There appears to be a newly energized effort underway to delegitimize any identification of the modern state of Israel with biblical Israel. This sort of thing has been around for a while but it was usually engaged in by Arab nations and hardcore critics of Israel.
Thus it was disappointing, but not surprising, that in his September speech to the UN General Assembly, PA President Mahmoud Abbas referred to the Holy Land as the “land of Palestine, the land of the Prophet and the birthplace of Jesus.”
And UNESCO’s granting of full membership to the Palestinians is certain to stimulate ever-greater efforts by that body to undermine Israel’s cultural and historical connection to the Holy Land. A little over a year ago, UNESCO classified Kever Rachel as a mosque and “an integral part of the occupied Palestinian territories.” And the Palestinians, separate and apart from the negotiating process, are asking UNESCO to recognizing 20 sites – including Hebron, Jericho and Bethlehem – as “Palestinian World Heritage Sites.”
Particularly dismaying is the broad traction achieved by a new book, The Unmaking of Israel, from Israeli journalist and longtime settlement critic Gershom Gorenberg. Mr. Gorenberg’s thesis is that by keeping and settling territory it conquered in 1967, Israel has undermined both its status as a democracy and the rule of law. He says it has led to corrosive ties between state and synagogue, promoted religious extremism and distorted Judaism.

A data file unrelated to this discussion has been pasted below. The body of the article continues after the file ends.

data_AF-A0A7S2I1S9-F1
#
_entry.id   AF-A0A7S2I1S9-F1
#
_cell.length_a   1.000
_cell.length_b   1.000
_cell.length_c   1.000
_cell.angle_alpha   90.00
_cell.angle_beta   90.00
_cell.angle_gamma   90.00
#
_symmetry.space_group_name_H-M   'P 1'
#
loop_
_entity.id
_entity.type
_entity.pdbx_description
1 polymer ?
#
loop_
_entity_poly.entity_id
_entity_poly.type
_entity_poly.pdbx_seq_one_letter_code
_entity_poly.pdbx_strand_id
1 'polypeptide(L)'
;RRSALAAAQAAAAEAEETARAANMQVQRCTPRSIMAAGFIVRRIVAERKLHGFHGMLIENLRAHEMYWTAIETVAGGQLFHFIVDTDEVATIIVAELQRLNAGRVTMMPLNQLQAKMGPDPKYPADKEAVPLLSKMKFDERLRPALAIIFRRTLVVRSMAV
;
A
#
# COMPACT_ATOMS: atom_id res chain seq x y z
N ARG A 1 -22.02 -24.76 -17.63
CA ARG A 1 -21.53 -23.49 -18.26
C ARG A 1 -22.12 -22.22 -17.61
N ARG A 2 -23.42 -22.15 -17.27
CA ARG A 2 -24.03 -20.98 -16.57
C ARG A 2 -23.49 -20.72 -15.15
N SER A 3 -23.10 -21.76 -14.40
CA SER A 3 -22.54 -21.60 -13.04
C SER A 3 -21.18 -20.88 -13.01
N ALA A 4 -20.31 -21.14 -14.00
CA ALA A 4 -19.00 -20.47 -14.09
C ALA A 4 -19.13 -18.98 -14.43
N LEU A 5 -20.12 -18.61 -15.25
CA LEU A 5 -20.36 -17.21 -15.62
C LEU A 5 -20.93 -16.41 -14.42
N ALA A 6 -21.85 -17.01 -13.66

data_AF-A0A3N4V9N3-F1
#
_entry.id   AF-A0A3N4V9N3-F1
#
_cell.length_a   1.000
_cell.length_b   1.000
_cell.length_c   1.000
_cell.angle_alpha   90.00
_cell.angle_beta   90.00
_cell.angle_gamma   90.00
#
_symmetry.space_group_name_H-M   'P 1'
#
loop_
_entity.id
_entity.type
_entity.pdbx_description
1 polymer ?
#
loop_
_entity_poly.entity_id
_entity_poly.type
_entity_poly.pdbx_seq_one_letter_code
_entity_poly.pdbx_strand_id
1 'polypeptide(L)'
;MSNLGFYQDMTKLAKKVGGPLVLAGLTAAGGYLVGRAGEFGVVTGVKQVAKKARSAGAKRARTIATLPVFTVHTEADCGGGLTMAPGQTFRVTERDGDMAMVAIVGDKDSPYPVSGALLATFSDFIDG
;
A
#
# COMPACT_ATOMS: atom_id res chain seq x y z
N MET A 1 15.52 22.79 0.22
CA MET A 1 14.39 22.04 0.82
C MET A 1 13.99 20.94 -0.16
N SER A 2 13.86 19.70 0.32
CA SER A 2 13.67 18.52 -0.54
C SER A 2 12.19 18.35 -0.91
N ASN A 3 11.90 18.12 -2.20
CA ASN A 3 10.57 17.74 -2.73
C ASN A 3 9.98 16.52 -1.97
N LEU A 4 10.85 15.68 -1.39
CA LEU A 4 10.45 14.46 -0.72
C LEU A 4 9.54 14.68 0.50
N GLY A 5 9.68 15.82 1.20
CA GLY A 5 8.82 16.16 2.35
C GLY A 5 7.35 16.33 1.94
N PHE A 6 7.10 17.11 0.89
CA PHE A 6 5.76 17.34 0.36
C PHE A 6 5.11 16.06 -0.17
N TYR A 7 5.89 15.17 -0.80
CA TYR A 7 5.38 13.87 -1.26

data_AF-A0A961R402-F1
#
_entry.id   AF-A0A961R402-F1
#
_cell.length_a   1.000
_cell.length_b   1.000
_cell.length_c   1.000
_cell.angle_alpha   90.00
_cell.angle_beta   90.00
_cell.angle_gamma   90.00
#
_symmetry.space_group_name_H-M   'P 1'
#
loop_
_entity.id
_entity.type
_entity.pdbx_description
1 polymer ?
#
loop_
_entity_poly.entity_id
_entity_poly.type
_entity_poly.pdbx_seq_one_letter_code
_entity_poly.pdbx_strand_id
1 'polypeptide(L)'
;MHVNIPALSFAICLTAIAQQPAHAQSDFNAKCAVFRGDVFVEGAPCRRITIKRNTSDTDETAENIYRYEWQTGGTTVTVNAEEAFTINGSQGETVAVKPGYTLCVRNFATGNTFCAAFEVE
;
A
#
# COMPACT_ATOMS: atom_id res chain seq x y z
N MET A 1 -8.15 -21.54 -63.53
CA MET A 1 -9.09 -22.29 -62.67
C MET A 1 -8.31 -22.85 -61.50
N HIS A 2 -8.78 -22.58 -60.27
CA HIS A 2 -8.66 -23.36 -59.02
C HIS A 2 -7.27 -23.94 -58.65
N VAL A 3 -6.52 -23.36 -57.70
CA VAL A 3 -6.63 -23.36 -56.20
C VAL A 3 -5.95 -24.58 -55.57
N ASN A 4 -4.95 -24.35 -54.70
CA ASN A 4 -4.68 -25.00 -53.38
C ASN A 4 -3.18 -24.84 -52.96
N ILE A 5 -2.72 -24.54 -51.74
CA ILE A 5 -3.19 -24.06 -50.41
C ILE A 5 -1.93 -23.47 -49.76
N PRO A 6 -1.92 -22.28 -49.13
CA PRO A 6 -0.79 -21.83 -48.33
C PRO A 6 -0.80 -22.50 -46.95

Absent from his analysis is any notion that Israel has biblical/historical ties to the lands it won in 1967. And the fact that Israel has been given no real opportunity over the years to accommodate the Arabs (other than by marching into the Mediterranean) seems to play no role in Mr. Gorenberg’s thinking.
Not surprisingly, the Gorenberg book has been well received in academic and intellectual circles. Also hardly a surprise, The New York Times this past Sunday saw fit to publish an op-ed piece by Mr. Gorenberg (titled “Israel’s Other Occupation”) which was basically a screed against Israeli policies within the so-called “green line,” accusing Israel of doing to its Arab citizens what it is allegedly doing to the Palestinians of the West Bank.
Another article meriting mention is political scientist Ronald R. Krebs’s “Israel’s Bunker Mentality: How the Occupation Is Destroying the Nation,” which appears in Foreign Affairs, the influential journal published by the Council on Foreign Relations. Mr. Krebs argues that Israel’s continuing presence in the territories has played a central role in transforming a country once brimming with optimism into an increasingly despondent and illiberal place.
Like Mr. Gorenberg, Mr. Krebs not only provides a distorted narrative about the facts on the ground, he seems quite oblivious to the realities foisted on Israel by the Arab world and totally unconcerned with Israel’s biblical/historical ties to the land.
We hope to see informed rejoinders to the likes of Messrs Gorenberg and Krebs, in both popular and intellectual media outlets, in the coming weeks.